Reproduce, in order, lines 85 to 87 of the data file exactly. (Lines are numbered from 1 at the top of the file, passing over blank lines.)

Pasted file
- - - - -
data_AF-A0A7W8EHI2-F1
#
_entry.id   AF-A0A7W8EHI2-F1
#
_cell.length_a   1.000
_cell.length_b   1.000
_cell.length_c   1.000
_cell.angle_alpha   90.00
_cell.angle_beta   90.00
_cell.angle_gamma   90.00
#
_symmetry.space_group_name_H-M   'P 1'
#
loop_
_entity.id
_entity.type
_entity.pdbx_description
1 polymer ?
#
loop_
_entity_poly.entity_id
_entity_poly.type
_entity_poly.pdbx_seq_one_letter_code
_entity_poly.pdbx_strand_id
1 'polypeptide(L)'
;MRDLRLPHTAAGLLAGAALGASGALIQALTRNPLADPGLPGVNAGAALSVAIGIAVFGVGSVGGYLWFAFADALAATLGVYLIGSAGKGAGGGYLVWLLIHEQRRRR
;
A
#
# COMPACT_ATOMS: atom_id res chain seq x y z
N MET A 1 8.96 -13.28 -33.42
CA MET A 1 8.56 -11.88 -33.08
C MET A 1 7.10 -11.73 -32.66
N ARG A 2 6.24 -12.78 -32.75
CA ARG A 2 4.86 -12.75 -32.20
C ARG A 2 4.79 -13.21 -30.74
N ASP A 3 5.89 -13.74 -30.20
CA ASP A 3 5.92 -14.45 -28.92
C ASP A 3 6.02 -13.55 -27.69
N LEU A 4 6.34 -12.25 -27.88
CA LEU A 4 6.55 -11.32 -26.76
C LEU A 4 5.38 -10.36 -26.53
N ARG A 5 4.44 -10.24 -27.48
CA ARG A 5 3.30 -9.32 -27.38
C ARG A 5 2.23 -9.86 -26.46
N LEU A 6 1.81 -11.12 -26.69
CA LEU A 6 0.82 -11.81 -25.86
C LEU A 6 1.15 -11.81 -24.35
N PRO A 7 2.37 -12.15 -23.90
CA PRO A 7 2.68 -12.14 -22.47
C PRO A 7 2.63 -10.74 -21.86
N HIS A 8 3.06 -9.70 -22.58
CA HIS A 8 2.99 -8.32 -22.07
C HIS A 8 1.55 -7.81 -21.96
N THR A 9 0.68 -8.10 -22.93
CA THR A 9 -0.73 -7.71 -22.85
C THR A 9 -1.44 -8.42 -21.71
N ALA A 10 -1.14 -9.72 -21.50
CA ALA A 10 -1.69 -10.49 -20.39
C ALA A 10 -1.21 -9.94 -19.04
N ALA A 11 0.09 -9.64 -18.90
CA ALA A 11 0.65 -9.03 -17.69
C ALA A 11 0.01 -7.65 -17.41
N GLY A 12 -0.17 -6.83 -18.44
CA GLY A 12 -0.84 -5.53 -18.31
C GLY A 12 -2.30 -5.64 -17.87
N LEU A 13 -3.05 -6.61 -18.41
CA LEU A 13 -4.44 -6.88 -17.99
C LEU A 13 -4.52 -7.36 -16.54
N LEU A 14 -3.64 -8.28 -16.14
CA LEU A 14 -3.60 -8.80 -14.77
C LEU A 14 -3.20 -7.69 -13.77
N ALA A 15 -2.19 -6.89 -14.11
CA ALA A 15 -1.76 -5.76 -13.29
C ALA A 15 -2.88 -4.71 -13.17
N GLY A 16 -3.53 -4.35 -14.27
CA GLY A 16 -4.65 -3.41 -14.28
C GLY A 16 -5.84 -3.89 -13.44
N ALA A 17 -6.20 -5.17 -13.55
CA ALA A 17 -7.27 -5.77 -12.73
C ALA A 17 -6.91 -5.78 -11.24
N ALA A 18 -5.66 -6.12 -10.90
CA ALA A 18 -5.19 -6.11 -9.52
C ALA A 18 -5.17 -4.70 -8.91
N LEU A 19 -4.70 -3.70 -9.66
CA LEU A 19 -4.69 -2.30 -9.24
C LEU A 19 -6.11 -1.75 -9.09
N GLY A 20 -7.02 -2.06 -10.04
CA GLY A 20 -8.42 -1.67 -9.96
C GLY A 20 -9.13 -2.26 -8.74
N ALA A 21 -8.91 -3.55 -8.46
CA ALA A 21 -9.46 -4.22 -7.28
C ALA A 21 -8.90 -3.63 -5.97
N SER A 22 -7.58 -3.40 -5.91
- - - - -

N LEU A 19 -4.70 -3.70 -9.66
CA LEU A 19 -4.69 -2.30 -9.24
C LEU A 19 -6.11 -1.75 -9.09